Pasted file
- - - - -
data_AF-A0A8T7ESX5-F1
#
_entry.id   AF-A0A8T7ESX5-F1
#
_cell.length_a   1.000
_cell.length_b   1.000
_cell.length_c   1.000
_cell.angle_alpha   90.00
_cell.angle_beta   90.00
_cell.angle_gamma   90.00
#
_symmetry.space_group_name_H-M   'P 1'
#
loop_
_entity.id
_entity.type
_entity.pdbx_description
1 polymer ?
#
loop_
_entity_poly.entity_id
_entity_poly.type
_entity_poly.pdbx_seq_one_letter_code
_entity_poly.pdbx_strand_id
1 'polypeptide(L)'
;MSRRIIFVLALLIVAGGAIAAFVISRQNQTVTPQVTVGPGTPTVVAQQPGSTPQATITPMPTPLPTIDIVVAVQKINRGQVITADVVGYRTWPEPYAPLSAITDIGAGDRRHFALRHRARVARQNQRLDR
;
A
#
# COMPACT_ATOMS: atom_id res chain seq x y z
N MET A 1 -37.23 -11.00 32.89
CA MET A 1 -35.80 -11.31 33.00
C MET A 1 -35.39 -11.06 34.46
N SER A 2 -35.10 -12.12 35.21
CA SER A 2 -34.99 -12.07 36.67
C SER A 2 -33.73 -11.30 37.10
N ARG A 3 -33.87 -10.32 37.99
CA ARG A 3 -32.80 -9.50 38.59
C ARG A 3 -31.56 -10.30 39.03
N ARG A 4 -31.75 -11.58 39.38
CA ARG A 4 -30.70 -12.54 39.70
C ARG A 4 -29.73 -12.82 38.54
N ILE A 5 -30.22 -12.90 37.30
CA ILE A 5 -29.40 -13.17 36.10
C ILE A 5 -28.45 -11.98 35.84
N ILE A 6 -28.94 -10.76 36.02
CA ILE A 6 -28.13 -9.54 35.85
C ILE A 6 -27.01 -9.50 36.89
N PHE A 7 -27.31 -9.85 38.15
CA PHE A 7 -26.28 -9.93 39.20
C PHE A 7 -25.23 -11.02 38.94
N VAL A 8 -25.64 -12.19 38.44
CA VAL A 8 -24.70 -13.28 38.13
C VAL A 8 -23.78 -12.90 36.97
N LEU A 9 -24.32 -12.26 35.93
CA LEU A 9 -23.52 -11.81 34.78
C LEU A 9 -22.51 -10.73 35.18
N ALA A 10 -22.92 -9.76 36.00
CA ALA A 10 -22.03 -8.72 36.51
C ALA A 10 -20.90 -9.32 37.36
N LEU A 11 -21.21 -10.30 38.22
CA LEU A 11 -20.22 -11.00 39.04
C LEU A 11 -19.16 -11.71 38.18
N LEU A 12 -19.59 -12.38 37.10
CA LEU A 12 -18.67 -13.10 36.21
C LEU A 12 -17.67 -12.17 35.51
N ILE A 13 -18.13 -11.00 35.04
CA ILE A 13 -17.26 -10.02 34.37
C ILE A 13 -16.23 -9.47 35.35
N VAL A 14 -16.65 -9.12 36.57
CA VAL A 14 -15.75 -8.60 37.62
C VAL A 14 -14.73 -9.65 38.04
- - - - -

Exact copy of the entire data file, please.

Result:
data_AF-A0A8T7ESX5-F1
#
_entry.id   AF-A0A8T7ESX5-F1
#
_cell.length_a   1.000
_cell.length_b   1.000
_cell.length_c   1.000
_cell.angle_alpha   90.00
_cell.angle_beta   90.00
_cell.angle_gamma   90.00
#
_symmetry.space_group_name_H-M   'P 1'
#
loop_
_entity.id
_entity.type
_entity.pdbx_description
1 polymer ?
#
loop_
_entity_poly.entity_id
_entity_poly.type
_entity_poly.pdbx_seq_one_letter_code
_entity_poly.pdbx_strand_id
1 'polypeptide(L)'
;MSRRIIFVLALLIVAGGAIAAFVISRQNQTVTPQVTVGPGTPTVVAQQPGSTPQATITPMPTPLPTIDIVVAVQKINRGQVITADVVGYRTWPEPYAPLSAITDIGAGDRRHFALRHRARVARQNQRLDR
;
A
#
# COMPACT_ATOMS: atom_id res chain seq x y z
N MET A 1 -37.23 -11.00 32.89
CA MET A 1 -35.80 -11.31 33.00
C MET A 1 -35.39 -11.06 34.46
N SER A 2 -35.10 -12.12 35.21
CA SER A 2 -34.99 -12.07 36.67
C SER A 2 -33.73 -11.30 37.10
N ARG A 3 -33.87 -10.32 37.99
CA ARG A 3 -32.80 -9.50 38.59
C ARG A 3 -31.56 -10.30 39.03
N ARG A 4 -31.75 -11.58 39.38
CA ARG A 4 -30.70 -12.54 39.70
C ARG A 4 -29.73 -12.82 38.54
N ILE A 5 -30.22 -12.90 37.30
CA ILE A 5 -29.40 -13.17 36.10
C ILE A 5 -28.45 -11.98 35.84
N ILE A 6 -28.94 -10.76 36.02
CA ILE A 6 -28.13 -9.54 35.85
C ILE A 6 -27.01 -9.50 36.89
N PHE A 7 -27.31 -9.85 38.15
CA PHE A 7 -26.28 -9.93 39.20
C PHE A 7 -25.23 -11.02 38.94
N VAL A 8 -25.64 -12.19 38.44
CA VAL A 8 -24.70 -13.28 38.13
C VAL A 8 -23.78 -12.90 36.97
N LEU A 9 -24.32 -12.26 35.93
CA LEU A 9 -23.52 -11.81 34.78
C LEU A 9 -22.51 -10.73 35.18
N ALA A 10 -22.92 -9.76 36.00
CA ALA A 10 -22.03 -8.72 36.51
C ALA A 10 -20.90 -9.32 37.36
N LEU A 11 -21.21 -10.30 38.22
CA LEU A 11 -20.22 -11.00 39.04
C LEU A 11 -19.16 -11.71 38.18
N LEU A 12 -19.59 -12.38 37.10
CA LEU A 12 -18.67 -13.10 36.21
C LEU A 12 -17.67 -12.17 35.51
N ILE A 13 -18.13 -11.00 35.04
CA ILE A 13 -17.26 -10.02 34.37
C ILE A 13 -16.23 -9.47 35.35
N VAL A 14 -16.65 -9.12 36.57
CA VAL A 14 -15.75 -8.60 37.62
C VAL A 14 -14.73 -9.65 38.04